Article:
Fresh Meadows, Queens facts for kids
Quick facts for kids
Neighborhood of Queens
St. Francis Preparatory School
|City||New York City|
|Community District||Queens 8|
| • Estimate
|Based on 2010 U.S. Census figures; excludes Hillcrest|
|• Median income||$64,005|
|Time zone||UTC−5 (EST)|
|• Summer (DST)||UTC−4 (EDT)|
|Area codes||718, 347, 929, and 917|
Fresh Meadows is a neighborhood in the northeastern section of the New York City borough of Queens. Fresh Meadows used to be part of the broader town of Flushing and is bordered to the north by the Horace Harding Expressway; to the west by Pomonok, St. John's University and the sub-neighborhoods of Hillcrest and Utopia; to the east by Cunningham Park and the Clearview Expressway; and to the south by the Grand Central Parkway.
Fresh Meadows is located in Queens Community District 8 and its ZIP Codes are 11365 and 11366. It is patrolled by the New York City Police Department's 107th Precinct. Politically, Fresh Meadows is represented by the New York City Council's 23rd and 24th Districts.
The name "Fresh Meadows" dates back to before the American Revolution. Fresh Meadows was part of the Town of Flushing, which had large areas of salt meadows, such as the original "Flushing Meadows". The wetlands in the hilly ground south and east of the village of Flushing, however, were fed by freshwater springs, and thus were "fresh meadows". Fresh Meadows Road (which today follows the same route under a number of names, including Fresh Meadows Lane and part of Utopia Parkway) traversed the area, and served as the route from the landing place at Whitestone to the village of Jamaica.
During the American Revolution, British troops were encamped in the area. General Benedict Arnold drilled his troops in the area, on the current location of M.S. 216. To facilitate the transport of military supplies from British ships using the Whitestone Landing and the troops encamped further east, a new road was built to connect the Fresh Meadows Road with Hempstead. This road began at what is now the intersection of Utopia Parkway and 73rd Avenue, near a local landmark along the Fresh Meadows Road: the remnants of a large tree that had burned after being struck by lightning, and that was known as the "Black Stump". The road took its name from this feature, and was called "Black Stump Road." During the 19th century, a farming community known as Black Stump developed in the area. Black Stump School was located at present-day Utopia Playground, at 73rd Avenue and Utopia Parkway. For several years, the woods of Black Stump were rumored to be haunted because people heard strange sounds coming from the woods. In 1908, the mysterious sounds were discovered to be coming from a recluse who lived in a small hut and sang Irish folk songs at night.
Fresh Meadow Country Club opened in 1923. The country club was named after an area northeast of Flushing even though it was actually located southeast of Flushing, just south of what is presently the Long Island Expressway near 183rd Street. The golf course was designed by A.W. Tillinghast. The PGA Championship was held at Fresh Meadow Country Club in 1930, and the U.S. Open was held at the course in 1932. In 1937, the golf course hosted a charity game between John Montague, Babe Ruth, Babe Didrikson, and Sylvania Annenberg, a game that was watched by 10,000 fans, some of whom rushed the golf course and left Babe Ruth's shirt in tatters.
In February 1946, the land was sold to New York Life Insurance Company, and it became the Fresh Meadows Housing Development. New York Life Insurance Company did not allow black individuals to live in the Fresh Meadows Housing Development. It was also built to house local World War II veterans. The complex and its eponymous shopping center were among the first in the United States designed primarily to accommodate automobile rather than pedestrian traffic. In 1949, Lewis Mumford described the Fresh Meadows housing complex as "perhaps the most positive and exhilarating example of large-scale community planning in this country."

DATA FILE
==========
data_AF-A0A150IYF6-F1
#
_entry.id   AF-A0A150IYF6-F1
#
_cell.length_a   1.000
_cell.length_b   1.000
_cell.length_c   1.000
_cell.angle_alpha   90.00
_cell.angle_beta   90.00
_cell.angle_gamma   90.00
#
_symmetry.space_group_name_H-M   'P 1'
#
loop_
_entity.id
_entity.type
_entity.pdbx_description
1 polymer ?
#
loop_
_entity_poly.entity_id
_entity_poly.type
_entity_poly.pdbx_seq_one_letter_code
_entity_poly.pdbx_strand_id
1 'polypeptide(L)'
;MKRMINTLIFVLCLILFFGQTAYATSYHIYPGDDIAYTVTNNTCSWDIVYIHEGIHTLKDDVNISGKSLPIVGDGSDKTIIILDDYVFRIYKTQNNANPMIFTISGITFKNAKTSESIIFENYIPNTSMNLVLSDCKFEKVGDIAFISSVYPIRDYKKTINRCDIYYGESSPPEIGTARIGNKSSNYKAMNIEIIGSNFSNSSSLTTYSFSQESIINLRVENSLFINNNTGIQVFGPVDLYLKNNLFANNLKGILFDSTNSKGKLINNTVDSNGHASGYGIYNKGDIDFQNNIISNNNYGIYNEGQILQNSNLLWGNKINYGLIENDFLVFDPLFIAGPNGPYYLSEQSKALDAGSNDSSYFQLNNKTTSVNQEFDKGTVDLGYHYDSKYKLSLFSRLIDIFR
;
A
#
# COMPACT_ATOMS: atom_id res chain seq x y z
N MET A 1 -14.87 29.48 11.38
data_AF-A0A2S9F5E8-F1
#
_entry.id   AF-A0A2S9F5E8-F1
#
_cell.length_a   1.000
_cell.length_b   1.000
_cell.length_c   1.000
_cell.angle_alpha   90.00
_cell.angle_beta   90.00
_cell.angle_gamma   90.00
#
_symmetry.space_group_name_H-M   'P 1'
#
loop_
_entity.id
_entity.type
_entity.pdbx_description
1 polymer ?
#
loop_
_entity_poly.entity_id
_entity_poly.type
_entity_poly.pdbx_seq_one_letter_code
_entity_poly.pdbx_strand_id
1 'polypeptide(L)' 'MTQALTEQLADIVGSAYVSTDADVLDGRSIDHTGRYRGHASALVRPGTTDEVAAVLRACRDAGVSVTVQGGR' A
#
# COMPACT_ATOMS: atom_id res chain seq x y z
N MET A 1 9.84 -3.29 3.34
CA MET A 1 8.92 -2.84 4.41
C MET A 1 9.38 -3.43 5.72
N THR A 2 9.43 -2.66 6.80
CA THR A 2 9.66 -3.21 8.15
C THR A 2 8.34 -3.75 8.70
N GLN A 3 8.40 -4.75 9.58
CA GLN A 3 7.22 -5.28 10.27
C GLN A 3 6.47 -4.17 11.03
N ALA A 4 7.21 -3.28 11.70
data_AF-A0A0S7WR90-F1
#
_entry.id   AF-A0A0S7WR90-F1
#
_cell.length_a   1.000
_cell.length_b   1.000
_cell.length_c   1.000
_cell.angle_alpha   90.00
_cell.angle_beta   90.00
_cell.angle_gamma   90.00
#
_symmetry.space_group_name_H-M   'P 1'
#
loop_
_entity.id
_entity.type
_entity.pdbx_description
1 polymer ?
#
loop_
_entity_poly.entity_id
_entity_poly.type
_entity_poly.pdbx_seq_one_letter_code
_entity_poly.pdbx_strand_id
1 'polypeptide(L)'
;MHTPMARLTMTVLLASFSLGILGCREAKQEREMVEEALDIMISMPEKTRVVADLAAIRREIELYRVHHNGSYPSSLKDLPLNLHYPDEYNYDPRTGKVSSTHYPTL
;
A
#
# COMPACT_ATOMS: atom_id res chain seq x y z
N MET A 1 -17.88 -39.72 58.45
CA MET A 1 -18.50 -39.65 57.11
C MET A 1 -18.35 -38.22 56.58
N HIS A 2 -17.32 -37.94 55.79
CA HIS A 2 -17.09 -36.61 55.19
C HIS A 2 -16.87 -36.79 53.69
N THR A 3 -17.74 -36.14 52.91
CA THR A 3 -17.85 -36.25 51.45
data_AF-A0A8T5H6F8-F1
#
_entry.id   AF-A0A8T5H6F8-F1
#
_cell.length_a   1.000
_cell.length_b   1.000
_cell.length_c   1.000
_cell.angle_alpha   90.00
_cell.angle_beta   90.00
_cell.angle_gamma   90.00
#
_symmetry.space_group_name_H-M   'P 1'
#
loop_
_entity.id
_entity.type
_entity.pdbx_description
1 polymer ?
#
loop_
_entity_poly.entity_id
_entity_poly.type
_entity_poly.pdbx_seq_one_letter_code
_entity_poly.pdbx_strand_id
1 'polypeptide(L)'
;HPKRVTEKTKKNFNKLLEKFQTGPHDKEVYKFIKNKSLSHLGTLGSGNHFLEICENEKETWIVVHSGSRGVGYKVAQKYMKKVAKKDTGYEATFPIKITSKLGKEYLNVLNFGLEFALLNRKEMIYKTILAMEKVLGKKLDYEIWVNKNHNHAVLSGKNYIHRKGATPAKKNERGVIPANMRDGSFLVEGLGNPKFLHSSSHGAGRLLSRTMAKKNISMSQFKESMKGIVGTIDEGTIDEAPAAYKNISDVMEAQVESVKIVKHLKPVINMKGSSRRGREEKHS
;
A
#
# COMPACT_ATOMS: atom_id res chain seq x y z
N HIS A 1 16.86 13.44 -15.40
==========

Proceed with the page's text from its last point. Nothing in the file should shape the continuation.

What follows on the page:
Until 2004, the neighborhood was home to Klein Farm, the last surviving commercial farm in New York City, located on 73rd Avenue between 194th and 195th Streets. Efforts by local residents and civic officials are currently under way to reopen the farm.
In October 2011, a book written by Fred Cantor and Debra Davidson that chronicled the history of Fresh Meadows was released.
Based on data from the 2010 United States Census, the population of Fresh Meadows (including Utopia but excluding Hillcrest) was 17,812, a change of 439 (2.5%) from the 17,373 counted in 2000. Covering an area of 636.38 acres (257.53 ha), the neighborhood had a population density of 28 inhabitants per acre (18,000/sq mi; 6,900/km2).
The racial makeup of the neighborhood was 32.9% (5,864) White, 7.6% (1,355) African American, 0.1% (17) Native American, 47.1% (8,381) Asian, 0% (2) Pacific Islander, 0.4% (74) from other races, and 2% (356) from two or more races. Hispanic or Latino of any race were 9.9% (1,763) of the population.
The entirety of Community Board 8, which comprises Fresh Meadows as well as Kew Gardens Hills and Jamaica Hills, had 156,217 inhabitants as of NYC Health's 2018 Community Health Profile, with an average life expectancy of 83.9 years. This is higher than the median life expectancy of 81.2 for all New York City neighborhoods. Most inhabitants are middle-aged adults and youth: 20% are between the ages of 0–17, 28% between 25–44, and 27% between 45–64. The ratio of college-aged and elderly residents was lower, at 10% and 15% respectively.
As of 2017, the median household income in Community Board 8 was $64,005. In 2018, an estimated 22% of Fresh Meadows residents lived in poverty, compared to 19% in all of Queens and 20% in all of New York City. One in eleven residents (9%) were unemployed, compared to 8% in Queens and 9% in New York City. Rent burden, or the percentage of residents who have difficulty paying their rent, is 54% in Fresh Meadows, slightly higher than the boroughwide and citywide rates of 53% and 51% respectively. Based on this calculation, as of 2018[update], Fresh Meadows is considered to be high-income relative to the rest of the city and not gentrifying.